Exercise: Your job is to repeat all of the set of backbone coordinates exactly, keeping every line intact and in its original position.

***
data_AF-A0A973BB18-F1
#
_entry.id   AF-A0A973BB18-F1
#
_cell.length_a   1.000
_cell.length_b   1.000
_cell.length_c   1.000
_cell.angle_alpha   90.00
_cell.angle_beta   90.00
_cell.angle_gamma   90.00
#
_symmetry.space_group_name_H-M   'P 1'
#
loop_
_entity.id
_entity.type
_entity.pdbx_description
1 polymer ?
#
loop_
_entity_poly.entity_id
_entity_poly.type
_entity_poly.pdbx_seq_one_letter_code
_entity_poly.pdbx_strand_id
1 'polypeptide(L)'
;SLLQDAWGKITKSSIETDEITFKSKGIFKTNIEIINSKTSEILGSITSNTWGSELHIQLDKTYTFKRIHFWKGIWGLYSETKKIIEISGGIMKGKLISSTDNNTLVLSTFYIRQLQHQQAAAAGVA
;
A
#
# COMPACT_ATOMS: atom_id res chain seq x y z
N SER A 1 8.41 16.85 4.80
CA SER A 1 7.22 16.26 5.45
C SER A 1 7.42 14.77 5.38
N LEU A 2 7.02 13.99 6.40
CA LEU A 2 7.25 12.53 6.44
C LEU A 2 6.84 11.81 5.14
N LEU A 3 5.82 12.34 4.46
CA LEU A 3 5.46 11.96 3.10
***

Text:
data_AF-A0A973BB18-F1
#
_entry.id   AF-A0A973BB18-F1
#
_cell.length_a   1.000
_cell.length_b   1.000
_cell.length_c   1.000
_cell.angle_alpha   90.00
_cell.angle_beta   90.00
_cell.angle_gamma   90.00
#
_symmetry.space_group_name_H-M   'P 1'
#
loop_
_entity.id
_entity.type
_entity.pdbx_description
1 polymer ?
#
loop_
_entity_poly.entity_id
_entity_poly.type
_entity_poly.pdbx_seq_one_letter_code
_entity_poly.pdbx_strand_id
1 'polypeptide(L)'
;SLLQDAWGKITKSSIETDEITFKSKGIFKTNIEIINSKTSEILGSITSNTWGSELHIQLDKTYTFKRIHFWKGIWGLYSETKKIIEISGGIMKGKLISSTDNNTLVLSTFYIRQLQHQQAAAAGVA
;
A
#
# COMPACT_ATOMS: atom_id res chain seq x y z
N SER A 1 8.41 16.85 4.80
CA SER A 1 7.22 16.26 5.45
C SER A 1 7.42 14.77 5.38
N LEU A 2 7.02 13.99 6.40
CA LEU A 2 7.25 12.53 6.44
C LEU A 2 6.84 11.81 5.14
N LEU A 3 5.82 12.34 4.46
CA LEU A 3 5.46 11.96 3.10